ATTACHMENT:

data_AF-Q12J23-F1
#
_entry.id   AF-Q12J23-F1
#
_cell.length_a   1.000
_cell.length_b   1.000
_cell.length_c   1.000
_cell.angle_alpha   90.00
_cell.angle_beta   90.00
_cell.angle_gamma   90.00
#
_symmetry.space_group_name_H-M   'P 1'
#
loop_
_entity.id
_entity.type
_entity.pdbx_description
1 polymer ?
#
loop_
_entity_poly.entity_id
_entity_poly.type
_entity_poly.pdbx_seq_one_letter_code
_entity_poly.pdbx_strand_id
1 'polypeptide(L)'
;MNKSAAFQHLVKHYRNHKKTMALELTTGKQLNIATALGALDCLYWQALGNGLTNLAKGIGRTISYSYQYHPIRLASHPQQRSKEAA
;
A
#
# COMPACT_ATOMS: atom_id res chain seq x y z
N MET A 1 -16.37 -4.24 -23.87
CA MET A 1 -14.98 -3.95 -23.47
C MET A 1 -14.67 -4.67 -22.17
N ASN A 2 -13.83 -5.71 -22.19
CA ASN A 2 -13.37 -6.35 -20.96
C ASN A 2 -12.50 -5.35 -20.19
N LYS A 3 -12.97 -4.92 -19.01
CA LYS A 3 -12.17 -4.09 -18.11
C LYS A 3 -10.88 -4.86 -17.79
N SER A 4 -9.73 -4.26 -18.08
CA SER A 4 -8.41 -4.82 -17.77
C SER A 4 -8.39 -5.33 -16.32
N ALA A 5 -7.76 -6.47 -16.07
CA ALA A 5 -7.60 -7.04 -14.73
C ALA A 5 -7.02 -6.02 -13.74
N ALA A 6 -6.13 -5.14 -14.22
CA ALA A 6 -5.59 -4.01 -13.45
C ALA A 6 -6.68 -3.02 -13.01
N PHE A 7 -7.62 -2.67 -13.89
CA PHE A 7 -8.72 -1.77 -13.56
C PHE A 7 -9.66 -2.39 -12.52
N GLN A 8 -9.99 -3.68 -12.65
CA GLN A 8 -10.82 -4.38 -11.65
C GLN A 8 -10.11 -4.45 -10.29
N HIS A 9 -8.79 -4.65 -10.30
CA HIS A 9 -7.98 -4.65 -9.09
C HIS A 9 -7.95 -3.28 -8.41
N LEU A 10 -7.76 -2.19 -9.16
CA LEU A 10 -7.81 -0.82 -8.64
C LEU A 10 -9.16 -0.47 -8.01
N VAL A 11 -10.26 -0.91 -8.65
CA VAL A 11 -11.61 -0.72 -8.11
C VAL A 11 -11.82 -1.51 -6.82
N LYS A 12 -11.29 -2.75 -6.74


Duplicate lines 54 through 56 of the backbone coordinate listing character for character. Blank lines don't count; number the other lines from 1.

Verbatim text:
C GLN A 8 -10.11 -4.45 -10.29
N HIS A 9 -8.79 -4.65 -10.30
CA HIS A 9 -7.98 -4.65 -9.09